The International Peace Bureau (IPB), at their annual meeting in London today, protested against intimidation tactics used by the United States, United Kingdom and France in trying to kill a resolution at the United Nations which calls for a commitment to eliminate nuclear weapons, and to achieve practical steps towards that goal.

IPB, a Nobel Peace laureate, gave its full support for draft resolution A/C.1/53/L.48, which has been introduced by Brazil, Egypt, Ireland, Mexico, New Zealand, South Africa, Slovenia and Sweden and is expected to be voted upon in the Disarmament Committee of the United Nations on November 13.

Senator Douglas Roche of Canada, speaking to the IPB meeting, reported that the U.S., U.K., and France are sending representatives to the capitals of key countries in an attempt to persuade them to oppose the resolution. “They are using the same bullying tactics used three years ago when they tried unsuccessfully to stop the United Nations taking a case to the International Court of Justice on the legality of the threat or use of nuclear weapons,” said Senator Roche.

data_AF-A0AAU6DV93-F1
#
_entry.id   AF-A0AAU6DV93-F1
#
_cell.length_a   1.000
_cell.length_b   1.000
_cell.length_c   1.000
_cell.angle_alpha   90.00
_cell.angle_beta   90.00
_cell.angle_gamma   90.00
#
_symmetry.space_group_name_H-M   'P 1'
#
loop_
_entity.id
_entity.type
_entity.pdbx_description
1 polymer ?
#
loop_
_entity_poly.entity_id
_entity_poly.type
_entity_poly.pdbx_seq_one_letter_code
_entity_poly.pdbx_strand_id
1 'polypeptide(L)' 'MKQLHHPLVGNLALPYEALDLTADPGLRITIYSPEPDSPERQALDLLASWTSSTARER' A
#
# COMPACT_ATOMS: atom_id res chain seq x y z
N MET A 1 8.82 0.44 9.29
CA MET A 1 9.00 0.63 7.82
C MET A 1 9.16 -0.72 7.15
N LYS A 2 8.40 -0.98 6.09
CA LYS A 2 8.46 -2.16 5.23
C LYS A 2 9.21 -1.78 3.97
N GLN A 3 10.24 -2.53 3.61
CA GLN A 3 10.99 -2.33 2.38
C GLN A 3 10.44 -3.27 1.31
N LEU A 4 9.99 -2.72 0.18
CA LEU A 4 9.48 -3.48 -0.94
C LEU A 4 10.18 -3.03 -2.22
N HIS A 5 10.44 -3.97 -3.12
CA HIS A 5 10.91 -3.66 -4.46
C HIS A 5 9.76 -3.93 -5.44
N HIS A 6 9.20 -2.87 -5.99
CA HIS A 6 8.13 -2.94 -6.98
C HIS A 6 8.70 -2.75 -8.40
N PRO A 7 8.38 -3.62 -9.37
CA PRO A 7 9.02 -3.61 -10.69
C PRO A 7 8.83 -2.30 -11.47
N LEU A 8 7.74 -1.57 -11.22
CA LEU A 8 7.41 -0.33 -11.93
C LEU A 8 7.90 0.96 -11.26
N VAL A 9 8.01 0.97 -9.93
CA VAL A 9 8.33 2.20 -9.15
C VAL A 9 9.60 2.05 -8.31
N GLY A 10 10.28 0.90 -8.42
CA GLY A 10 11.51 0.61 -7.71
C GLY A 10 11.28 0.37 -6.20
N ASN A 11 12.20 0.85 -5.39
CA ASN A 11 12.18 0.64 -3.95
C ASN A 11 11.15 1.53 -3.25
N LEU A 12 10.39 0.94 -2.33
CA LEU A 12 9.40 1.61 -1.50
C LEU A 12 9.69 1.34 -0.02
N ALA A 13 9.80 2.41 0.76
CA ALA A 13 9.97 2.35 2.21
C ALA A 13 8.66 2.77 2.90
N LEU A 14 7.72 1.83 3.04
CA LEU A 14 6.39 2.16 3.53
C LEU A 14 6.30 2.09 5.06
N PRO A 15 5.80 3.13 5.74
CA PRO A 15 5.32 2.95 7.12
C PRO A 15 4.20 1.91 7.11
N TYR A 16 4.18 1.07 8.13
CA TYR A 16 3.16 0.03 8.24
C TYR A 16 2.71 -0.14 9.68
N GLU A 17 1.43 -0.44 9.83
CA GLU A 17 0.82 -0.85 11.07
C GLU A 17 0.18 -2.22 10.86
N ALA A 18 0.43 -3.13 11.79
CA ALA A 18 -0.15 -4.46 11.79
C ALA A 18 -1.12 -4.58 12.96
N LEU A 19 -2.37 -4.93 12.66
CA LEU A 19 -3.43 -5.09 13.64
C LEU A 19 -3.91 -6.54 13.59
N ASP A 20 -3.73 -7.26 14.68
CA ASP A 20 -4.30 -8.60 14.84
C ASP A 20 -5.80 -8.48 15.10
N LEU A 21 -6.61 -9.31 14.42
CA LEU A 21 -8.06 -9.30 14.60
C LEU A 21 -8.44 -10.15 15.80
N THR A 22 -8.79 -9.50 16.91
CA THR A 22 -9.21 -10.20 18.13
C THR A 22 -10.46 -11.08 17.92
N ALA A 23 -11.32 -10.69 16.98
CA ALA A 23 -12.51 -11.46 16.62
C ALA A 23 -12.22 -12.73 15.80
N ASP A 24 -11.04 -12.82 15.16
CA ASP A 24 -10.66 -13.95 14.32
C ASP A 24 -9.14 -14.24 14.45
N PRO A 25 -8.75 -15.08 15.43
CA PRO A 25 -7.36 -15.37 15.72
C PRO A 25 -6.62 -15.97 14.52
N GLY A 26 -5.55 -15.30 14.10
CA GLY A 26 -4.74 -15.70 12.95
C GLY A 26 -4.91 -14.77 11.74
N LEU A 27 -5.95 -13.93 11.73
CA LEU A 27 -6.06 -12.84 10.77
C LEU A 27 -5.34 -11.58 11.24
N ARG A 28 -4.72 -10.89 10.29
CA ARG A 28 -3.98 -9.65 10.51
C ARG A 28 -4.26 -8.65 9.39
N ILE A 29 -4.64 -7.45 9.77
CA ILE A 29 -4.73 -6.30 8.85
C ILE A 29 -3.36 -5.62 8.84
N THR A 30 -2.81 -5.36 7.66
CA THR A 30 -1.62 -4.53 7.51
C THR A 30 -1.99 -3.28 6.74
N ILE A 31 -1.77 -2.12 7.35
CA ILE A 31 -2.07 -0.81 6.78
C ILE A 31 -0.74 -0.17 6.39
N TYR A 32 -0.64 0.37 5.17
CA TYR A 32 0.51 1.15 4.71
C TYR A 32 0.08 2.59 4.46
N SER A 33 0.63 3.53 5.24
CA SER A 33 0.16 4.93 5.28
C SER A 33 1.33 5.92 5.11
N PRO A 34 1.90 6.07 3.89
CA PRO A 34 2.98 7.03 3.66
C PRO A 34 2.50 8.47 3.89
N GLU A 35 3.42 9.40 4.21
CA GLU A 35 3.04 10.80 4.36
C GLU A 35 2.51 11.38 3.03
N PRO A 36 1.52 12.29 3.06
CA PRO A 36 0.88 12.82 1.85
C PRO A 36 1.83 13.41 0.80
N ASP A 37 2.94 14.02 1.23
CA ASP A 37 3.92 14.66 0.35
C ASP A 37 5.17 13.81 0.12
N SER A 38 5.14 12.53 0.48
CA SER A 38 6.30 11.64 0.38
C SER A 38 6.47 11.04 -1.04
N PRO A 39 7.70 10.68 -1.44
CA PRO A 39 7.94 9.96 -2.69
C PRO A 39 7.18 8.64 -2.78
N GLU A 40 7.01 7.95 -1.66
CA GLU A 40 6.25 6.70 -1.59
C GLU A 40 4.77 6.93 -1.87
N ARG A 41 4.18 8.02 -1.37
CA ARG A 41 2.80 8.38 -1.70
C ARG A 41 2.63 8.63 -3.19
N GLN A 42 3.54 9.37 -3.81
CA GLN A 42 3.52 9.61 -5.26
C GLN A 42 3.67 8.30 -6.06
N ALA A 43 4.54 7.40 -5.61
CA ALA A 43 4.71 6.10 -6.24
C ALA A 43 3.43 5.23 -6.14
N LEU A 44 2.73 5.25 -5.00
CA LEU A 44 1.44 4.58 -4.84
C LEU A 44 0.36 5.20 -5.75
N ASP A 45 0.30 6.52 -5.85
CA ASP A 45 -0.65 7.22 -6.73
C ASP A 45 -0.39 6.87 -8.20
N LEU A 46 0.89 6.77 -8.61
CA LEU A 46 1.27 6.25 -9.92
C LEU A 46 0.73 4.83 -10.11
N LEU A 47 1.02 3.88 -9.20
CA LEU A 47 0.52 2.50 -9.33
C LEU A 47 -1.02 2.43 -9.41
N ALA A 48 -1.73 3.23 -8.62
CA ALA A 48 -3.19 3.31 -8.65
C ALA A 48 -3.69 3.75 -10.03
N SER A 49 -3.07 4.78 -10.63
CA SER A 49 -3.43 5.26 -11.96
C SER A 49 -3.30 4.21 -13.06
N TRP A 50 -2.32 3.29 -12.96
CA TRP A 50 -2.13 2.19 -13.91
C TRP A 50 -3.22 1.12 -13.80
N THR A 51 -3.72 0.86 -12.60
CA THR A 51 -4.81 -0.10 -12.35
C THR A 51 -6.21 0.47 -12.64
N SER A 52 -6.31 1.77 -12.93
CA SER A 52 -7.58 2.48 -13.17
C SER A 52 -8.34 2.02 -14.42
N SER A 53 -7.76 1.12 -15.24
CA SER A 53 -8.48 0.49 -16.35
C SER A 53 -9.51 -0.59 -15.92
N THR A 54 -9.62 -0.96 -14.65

IPB called on its members around the world to urge their governments to support the draft resolution, whose purpose is to revitalise the disarmament agenda.

The draft resolution is considered by its sponsors to be a moderate but clear expression of international concern about the dangers to the world of the continued impasse on nuclear disarmament. “The continuing existence of thousands of nuclear weapons, many on high alert status, cannot be maintained without a risk of use by accident, miscalculation or design,” warned Maj Britt Theorin, President of IPB. “In addition, the refusal of the nuclear-weapon states to commit themselves to nuclear disarmament or to take practical steps towards this goal, in violation of their obligations under the Non-Proliferation Treaty, is threatening the treaty, and could lead to further proliferation of nuclear weapons.”

“The western nuclear-weapon states have tried to portray this resolution as anti-NATO,” said Ms Theorin. “This resolution is not anti-NATO. Rather it is anti-nuclear.”